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Japan’s ‘Weird Hotel’ chain admits bedside robots vulnerable to peeping hackers

Japan’s ‘Weird Hotel’ chain admits bedside robots vulnerable to peeping hackers
With its robotic dinosaur desk clerks, the Henn-na Hotel chain has been among Japan’s quirkier inns. But new research has found that its room assistant could be hacked to spy on guests, putting it on a whole new level of ‘weird’.

Though the infamous chain (whose name translates to ‘Weird Hotel’) said there was “very little risk” of such an intrusion, the company was nonetheless forced to admit that the cameras and microphones equipped on its ‘Tapia’ bedside robots were vulnerable to hacks.

“In the future, we will operate with the safety and security of our customers as our top priority,” the hotel chain said in a post to its website earlier this month, fessing up to the security gap, adding that all “countermeasures against the unauthorized access method… have been completed.”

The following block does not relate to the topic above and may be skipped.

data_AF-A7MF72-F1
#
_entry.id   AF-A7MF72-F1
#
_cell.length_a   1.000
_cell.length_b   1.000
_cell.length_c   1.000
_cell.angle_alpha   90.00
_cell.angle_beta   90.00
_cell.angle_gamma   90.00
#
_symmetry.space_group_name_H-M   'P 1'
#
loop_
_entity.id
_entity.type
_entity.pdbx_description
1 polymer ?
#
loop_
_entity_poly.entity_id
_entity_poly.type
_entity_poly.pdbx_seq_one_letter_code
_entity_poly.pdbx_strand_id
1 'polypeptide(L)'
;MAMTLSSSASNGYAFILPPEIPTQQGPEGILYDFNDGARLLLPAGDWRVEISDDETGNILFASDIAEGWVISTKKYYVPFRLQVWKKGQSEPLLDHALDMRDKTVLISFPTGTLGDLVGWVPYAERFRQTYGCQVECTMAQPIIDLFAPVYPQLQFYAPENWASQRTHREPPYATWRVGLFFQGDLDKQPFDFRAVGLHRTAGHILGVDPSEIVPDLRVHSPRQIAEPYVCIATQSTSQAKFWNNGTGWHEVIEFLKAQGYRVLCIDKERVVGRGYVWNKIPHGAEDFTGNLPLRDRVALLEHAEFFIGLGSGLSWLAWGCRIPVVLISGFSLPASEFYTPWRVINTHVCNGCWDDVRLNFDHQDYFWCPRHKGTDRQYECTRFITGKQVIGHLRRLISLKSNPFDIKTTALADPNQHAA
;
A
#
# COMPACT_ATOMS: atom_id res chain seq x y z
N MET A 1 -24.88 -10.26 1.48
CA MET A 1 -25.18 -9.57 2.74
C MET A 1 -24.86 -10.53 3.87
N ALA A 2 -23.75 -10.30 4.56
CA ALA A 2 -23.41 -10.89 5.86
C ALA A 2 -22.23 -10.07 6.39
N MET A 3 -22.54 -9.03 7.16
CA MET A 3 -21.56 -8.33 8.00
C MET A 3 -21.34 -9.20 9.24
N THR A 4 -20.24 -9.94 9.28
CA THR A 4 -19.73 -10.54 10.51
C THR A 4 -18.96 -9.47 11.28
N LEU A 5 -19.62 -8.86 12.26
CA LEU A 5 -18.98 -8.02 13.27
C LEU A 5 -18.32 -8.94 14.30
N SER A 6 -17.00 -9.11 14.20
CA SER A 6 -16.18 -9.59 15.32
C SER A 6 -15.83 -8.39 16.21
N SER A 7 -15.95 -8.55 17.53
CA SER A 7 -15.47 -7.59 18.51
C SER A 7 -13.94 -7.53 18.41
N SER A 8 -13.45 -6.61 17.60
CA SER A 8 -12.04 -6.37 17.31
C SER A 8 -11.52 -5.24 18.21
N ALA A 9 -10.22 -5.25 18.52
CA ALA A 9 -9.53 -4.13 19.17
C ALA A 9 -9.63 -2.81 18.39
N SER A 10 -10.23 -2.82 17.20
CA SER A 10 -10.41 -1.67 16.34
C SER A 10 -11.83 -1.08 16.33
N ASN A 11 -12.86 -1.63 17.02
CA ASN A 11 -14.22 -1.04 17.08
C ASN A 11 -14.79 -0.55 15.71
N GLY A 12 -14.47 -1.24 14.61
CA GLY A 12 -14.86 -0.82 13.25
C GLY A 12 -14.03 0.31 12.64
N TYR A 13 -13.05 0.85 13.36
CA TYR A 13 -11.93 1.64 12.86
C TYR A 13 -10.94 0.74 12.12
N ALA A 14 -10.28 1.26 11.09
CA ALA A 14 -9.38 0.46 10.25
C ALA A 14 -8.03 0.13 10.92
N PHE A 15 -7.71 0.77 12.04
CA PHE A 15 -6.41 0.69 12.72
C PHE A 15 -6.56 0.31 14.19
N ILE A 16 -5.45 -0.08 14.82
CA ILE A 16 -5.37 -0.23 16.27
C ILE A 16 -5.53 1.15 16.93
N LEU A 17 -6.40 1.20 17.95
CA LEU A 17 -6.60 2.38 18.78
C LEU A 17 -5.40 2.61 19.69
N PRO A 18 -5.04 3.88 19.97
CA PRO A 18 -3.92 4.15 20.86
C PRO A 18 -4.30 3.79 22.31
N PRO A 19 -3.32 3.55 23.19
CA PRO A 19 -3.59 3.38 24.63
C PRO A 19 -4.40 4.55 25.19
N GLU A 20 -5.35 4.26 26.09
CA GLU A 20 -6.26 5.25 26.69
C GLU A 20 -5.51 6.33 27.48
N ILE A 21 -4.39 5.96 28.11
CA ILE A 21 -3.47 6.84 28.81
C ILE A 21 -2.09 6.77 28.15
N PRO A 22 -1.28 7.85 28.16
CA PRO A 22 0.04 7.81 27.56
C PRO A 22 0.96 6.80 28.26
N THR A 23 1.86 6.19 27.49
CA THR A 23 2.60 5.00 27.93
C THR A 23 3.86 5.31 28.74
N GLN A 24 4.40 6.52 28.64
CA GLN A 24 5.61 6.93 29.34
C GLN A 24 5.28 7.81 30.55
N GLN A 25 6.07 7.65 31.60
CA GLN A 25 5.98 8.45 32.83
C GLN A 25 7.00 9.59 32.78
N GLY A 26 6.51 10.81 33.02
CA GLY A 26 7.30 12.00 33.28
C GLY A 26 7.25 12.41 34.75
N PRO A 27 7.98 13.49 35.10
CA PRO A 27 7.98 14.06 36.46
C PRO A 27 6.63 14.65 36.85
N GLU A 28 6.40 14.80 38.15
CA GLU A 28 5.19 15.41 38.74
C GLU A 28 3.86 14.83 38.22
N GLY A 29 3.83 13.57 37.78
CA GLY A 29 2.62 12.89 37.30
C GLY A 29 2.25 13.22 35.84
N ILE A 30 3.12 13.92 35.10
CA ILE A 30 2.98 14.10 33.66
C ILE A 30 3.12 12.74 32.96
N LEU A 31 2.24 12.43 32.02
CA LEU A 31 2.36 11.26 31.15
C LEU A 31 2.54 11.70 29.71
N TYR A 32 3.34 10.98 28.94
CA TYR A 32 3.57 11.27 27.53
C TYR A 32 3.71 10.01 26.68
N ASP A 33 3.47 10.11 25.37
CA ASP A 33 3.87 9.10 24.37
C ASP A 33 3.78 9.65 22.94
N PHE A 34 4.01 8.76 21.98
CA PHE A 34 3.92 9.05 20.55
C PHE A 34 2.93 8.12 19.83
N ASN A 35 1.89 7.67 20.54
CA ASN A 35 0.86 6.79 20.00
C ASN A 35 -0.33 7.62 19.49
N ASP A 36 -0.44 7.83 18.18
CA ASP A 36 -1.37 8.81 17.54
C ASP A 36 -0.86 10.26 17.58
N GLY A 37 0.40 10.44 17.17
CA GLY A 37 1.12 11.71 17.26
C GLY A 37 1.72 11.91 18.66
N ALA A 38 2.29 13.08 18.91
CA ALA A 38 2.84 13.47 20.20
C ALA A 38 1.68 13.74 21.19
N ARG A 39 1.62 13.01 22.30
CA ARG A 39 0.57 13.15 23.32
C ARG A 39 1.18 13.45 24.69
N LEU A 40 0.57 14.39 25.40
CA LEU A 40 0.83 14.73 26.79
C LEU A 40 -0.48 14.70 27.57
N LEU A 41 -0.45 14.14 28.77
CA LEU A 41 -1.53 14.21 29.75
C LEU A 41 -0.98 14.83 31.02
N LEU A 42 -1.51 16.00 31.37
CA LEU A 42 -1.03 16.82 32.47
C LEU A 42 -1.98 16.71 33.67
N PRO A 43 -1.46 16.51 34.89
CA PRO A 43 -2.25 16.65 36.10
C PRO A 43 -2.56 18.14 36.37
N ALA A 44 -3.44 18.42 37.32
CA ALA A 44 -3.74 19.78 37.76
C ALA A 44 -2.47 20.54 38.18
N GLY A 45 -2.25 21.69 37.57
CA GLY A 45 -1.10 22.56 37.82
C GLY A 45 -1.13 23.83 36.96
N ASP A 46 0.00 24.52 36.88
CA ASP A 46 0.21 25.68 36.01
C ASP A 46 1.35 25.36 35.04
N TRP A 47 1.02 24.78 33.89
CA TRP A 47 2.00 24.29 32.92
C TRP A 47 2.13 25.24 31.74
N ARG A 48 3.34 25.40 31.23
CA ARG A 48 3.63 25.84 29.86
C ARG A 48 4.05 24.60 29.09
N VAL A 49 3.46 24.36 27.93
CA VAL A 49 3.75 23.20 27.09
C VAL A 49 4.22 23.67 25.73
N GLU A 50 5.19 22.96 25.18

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The hotel was contacted over the summer by cyber security engineer Lance R. Vick, who discovered the vulnerability, but after nearly three months of radio silence from Henn-na, the tech expert went public.

“The bed facing Tapia robot deployed at the famous Robot Hotels in Japan can be converted to offer anyone remote camera/mic access to all future guests,” Vick said in a tweet earlier this month.

Vendor had 90 days. They didn't care.

Henn-na made headlines earlier this year with its amusing robot “layoffs,” part of an effort to hire more human workers. However, the company may now instead struggle to attract human guests, who will surely be put off by the prospect of bedside peeping-Tombots.

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